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Started Flight school..have an issue


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So I am a flight student finally. :D And I am having some problems because I am a little on the short side. 5'3" to be exact. To reach to pedals, i had to use a back pillow thing. But that puts the cyclic at an odd position on my lap and makes it uncomfortable to control. My arm is still cramping and i only flew .8 hours today. I cant rest my hand on my leg with the position the cyclic is in and still have control over it. Maybe its just something I am not accustomed to and may get used to over time, but I was just wondering if anyone had some pointers on this.

Other than that though things are amazing! Feeling somewhat overwhelmed with information overload and constantly worried if I am doing well. And its only the second day. The perfectionist in me is coming out. Everything still feels very awkward of course and I am hoping that it won't after too long.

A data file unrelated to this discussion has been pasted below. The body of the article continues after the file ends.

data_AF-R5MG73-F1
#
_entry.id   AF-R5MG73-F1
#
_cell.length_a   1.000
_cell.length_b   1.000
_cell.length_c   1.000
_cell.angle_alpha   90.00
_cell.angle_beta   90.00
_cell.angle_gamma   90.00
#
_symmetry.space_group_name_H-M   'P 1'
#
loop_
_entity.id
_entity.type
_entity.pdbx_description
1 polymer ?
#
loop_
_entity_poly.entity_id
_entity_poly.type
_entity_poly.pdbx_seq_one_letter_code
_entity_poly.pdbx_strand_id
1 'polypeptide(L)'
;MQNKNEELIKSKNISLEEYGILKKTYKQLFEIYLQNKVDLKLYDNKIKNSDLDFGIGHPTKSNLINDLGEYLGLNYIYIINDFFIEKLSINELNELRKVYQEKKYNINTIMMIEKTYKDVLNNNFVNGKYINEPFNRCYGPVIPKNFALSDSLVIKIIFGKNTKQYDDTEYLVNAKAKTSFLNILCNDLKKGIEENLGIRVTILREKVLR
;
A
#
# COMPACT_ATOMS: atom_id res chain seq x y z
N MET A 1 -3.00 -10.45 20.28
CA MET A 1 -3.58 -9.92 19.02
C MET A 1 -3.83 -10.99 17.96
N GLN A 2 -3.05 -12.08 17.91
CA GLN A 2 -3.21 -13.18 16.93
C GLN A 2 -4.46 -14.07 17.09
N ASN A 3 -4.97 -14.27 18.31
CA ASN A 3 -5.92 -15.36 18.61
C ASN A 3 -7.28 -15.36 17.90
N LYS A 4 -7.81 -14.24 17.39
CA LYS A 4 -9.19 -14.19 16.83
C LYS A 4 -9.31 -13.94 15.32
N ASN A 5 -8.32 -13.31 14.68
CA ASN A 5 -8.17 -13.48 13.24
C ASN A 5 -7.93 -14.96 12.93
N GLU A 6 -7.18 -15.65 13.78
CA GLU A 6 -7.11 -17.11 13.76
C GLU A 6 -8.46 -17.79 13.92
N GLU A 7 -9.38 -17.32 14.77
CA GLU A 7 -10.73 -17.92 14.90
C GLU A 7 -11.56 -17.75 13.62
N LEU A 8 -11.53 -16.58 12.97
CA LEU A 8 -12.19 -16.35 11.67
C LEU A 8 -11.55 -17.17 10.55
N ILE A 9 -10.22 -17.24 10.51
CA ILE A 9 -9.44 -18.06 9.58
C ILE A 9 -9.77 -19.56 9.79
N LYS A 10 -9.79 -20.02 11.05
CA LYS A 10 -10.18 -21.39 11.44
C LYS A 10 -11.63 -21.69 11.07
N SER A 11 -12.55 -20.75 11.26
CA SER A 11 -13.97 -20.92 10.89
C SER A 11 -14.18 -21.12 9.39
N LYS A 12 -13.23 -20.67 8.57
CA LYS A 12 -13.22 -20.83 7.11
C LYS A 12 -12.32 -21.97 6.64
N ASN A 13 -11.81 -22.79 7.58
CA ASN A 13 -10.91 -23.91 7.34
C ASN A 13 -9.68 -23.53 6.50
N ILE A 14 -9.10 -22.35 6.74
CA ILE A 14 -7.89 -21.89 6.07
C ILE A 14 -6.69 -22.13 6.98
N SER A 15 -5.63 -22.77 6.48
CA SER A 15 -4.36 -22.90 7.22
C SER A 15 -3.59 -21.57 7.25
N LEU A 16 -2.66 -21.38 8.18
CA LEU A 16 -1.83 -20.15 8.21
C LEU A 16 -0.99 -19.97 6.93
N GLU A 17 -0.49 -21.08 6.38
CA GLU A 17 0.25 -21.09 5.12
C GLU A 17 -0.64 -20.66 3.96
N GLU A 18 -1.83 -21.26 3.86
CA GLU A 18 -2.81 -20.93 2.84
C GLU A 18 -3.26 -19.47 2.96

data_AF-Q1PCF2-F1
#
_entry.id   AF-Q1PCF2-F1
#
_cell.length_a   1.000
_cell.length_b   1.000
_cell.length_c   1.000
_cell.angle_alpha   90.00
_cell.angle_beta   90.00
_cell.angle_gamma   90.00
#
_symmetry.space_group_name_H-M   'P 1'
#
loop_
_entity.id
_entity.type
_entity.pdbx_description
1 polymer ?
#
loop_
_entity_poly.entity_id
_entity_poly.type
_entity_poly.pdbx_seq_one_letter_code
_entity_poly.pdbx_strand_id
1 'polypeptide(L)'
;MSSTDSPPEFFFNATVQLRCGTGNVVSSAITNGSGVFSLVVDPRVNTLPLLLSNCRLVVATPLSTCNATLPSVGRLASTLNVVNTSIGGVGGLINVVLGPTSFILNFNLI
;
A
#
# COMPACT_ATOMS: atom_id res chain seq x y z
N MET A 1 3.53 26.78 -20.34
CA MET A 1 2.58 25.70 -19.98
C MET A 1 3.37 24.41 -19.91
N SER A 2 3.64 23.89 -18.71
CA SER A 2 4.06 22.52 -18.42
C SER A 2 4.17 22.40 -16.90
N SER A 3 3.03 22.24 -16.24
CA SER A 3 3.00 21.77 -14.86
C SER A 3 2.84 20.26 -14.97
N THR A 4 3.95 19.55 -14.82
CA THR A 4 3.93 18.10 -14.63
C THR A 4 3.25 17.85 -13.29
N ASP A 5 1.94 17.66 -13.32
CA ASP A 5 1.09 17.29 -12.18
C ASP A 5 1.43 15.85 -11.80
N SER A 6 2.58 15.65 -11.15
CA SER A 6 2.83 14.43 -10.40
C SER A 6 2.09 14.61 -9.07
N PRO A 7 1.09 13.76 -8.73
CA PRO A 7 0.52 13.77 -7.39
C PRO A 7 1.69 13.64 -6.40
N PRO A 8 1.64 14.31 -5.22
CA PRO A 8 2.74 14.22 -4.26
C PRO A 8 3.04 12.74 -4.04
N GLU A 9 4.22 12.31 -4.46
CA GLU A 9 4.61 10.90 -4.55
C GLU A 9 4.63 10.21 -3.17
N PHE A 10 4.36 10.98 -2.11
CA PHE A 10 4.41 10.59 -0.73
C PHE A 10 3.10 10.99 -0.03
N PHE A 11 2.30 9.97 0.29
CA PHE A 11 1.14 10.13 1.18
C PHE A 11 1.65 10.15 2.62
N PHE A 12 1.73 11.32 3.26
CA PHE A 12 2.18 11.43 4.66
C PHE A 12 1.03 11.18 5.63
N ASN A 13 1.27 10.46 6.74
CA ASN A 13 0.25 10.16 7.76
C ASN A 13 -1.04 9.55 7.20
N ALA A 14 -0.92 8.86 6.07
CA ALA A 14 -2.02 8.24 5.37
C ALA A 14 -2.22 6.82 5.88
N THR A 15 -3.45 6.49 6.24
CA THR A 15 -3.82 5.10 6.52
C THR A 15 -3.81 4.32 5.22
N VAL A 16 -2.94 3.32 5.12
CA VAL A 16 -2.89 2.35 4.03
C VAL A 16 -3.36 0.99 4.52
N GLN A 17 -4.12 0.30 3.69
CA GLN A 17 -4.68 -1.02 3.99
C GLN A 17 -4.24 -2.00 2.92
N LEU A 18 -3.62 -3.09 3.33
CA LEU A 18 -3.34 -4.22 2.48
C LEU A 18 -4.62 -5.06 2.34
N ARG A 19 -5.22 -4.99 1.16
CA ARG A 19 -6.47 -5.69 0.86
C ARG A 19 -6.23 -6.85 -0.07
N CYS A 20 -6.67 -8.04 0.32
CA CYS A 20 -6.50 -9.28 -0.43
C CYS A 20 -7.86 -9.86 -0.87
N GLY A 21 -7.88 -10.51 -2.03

Thats it for now! Thanks to anyone who has any advice for a newbie

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When you start out....everyone sucks at flying. Id suggest some hangar flying.....just sit in it and move around.

 

 

Ditto-you get used to it, also many of the birds have adjustable pedals....just not the R22. The R44, Bell 47, and a bunch of others have pedals that adjust and will help you be more comfortable. Being small and light in a helicopter is not a terrible problem to have....consider the alternative...I'm 6 foot 5 inches, 240 pounds and still fly the R22 around !

 

Heck you can probably solo at idle ! Lots of extra power available which equals safety on a high hot and humid day.

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Congrats on getting started with your training.

 

One of the female pilots I fly with is small, about 5'4''. I don't know how she does it, but her feet aren't on the floor when flying, only on the pedals, I guess she has just gotten used to it. She does have this arm rest that she rigged up to lay her right arm on. Must work, cause she's a darn good pilot. If you would like to talk with her PM me and I'll get you the info.